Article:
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Edible Batteries Invented by Carnegie Mellon University Researchers

Dr. Soloman Shah MD

For 15 years, Soloman Shah, MD, has practiced at the Gastrointestinal Medicine Associates PC in Reston, Virginia. Although much Dr. Soloman Shah’s work focuses on liver disorders, he is knowledgeable in treating various gastrointestinal diseases.

At Carnegie Mellon , a team of researchers have developed an edible type of battery that can dissolve inside the gastrointestinal tract. Before this was invented, there was always a risk of putting in any battery-operated electronic device inside the GI tract, because it could cause toxicity complications.

Christopher Bettinger, associate professor of materials science at Carnegie Mellon, and his team developed the edible batteries using nontoxic components harvested from inside the human body. The most significant ingredient is melanin, the pigment found in the skin, eyes, and hair.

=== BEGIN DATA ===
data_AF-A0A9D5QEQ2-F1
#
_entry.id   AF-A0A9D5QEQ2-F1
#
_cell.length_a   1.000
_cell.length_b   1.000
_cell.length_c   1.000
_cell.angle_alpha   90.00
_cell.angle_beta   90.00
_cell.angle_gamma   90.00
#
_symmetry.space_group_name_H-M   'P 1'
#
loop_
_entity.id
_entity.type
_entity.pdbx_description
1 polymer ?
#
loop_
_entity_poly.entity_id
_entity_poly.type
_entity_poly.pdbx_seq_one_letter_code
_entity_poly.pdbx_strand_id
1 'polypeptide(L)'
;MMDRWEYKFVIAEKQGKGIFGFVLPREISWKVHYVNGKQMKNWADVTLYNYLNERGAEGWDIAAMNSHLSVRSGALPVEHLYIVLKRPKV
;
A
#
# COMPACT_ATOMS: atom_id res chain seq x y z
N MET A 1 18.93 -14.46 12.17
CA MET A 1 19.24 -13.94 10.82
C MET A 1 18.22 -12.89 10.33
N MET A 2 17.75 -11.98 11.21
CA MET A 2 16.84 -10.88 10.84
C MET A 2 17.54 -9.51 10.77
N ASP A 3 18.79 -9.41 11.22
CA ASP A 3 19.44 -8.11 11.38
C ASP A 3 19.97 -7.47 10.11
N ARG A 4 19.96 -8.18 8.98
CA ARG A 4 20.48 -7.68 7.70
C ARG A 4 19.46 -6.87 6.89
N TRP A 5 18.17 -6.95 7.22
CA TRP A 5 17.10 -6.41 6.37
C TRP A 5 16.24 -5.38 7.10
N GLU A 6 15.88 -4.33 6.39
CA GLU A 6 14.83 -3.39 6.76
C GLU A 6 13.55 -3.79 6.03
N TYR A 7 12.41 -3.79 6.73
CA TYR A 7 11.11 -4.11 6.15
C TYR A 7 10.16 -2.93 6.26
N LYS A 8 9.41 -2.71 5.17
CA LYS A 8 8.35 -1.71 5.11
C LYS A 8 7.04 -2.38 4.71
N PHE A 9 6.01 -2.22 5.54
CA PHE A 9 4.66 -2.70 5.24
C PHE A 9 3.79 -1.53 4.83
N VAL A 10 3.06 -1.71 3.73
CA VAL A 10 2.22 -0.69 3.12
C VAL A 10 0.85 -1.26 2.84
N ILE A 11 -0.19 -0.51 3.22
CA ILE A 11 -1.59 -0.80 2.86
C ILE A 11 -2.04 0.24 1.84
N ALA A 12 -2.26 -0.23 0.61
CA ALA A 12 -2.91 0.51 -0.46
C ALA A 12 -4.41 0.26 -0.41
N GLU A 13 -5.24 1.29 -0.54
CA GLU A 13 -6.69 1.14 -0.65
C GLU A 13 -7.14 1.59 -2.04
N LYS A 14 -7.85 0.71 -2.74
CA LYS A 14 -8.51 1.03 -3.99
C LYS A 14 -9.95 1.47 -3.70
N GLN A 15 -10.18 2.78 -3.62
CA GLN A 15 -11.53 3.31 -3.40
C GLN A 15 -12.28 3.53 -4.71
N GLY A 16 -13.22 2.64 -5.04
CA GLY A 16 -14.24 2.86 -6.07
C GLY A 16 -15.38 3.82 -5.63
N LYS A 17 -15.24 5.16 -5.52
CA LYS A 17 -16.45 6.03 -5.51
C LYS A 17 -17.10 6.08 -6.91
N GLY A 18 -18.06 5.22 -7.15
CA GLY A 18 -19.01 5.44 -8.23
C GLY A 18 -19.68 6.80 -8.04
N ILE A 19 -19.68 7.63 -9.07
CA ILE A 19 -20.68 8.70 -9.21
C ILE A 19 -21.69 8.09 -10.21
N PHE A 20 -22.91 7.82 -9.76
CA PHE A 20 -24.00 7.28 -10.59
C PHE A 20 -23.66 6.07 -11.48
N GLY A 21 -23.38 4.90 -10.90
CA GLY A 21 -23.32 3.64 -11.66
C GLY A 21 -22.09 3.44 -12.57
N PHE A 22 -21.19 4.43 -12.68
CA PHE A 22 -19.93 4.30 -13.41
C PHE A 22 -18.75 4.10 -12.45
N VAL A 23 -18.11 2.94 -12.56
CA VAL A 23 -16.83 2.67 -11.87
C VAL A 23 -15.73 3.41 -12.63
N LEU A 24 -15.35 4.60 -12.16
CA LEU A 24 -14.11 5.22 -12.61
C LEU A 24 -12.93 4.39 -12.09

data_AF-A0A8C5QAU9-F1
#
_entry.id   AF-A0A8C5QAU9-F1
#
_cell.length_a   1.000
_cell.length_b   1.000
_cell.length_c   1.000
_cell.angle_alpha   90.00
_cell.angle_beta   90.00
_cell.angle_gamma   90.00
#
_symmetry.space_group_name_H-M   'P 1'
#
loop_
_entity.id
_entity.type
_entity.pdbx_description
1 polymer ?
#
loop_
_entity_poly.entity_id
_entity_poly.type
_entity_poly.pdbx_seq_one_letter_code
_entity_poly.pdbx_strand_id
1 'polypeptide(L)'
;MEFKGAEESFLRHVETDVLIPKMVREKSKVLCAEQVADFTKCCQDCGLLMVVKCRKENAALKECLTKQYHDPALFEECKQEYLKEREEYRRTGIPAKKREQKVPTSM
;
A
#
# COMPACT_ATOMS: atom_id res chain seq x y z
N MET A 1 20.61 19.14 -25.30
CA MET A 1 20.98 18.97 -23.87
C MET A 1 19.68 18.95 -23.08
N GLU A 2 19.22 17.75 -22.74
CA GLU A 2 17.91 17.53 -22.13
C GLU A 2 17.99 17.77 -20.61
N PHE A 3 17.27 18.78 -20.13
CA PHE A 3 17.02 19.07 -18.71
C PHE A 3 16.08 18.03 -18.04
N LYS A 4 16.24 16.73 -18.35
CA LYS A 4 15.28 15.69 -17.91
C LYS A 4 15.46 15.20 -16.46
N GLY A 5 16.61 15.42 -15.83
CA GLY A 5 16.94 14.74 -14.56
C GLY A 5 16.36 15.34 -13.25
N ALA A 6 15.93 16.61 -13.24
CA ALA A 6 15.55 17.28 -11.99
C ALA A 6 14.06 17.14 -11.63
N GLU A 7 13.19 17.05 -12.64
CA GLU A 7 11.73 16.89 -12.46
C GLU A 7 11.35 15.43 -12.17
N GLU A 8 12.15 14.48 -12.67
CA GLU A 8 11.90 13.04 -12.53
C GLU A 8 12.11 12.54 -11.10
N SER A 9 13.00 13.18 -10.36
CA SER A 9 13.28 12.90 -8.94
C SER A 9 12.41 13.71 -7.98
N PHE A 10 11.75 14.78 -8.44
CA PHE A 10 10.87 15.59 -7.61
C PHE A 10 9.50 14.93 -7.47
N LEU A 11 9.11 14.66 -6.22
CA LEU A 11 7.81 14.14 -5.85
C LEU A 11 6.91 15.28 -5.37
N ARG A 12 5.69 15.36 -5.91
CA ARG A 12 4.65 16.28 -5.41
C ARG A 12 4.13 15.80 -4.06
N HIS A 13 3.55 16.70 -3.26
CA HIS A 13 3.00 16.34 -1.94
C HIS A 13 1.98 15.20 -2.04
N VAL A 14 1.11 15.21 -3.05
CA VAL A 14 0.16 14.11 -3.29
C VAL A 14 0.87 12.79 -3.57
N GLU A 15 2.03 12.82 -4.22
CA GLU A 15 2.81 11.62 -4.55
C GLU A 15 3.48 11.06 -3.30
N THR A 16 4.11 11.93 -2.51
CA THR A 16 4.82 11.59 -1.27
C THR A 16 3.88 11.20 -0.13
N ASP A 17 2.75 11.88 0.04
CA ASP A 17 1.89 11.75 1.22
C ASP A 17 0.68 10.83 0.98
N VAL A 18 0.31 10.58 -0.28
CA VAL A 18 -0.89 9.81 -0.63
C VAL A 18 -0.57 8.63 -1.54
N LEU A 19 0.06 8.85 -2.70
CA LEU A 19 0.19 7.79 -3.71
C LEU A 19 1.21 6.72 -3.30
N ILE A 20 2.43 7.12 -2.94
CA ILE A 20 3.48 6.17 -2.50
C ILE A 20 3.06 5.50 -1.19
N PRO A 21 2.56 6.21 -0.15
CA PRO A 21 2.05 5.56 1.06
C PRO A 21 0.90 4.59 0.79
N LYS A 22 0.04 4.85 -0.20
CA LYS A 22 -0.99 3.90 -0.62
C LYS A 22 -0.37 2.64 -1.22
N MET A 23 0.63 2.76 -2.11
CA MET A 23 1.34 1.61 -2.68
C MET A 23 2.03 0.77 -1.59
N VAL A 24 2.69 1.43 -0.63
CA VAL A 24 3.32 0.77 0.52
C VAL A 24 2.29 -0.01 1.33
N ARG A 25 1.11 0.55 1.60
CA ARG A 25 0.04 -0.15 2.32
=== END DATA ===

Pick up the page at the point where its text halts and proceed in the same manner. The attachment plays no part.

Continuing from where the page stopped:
Since melanin can bind and unbind ions, it can serve as both a positive terminal and a negative terminal, much like an actual battery. Using magnesium, an element also found in the body, researchers were able to create a battery with both negative and positive poles. Starch holds it all together.

Once the battery comes into contact with liquid or fluid, it turns on and can power a device for up to 20 hours. The most important use for this device, as of this time, is for targeted drug delivery.

 

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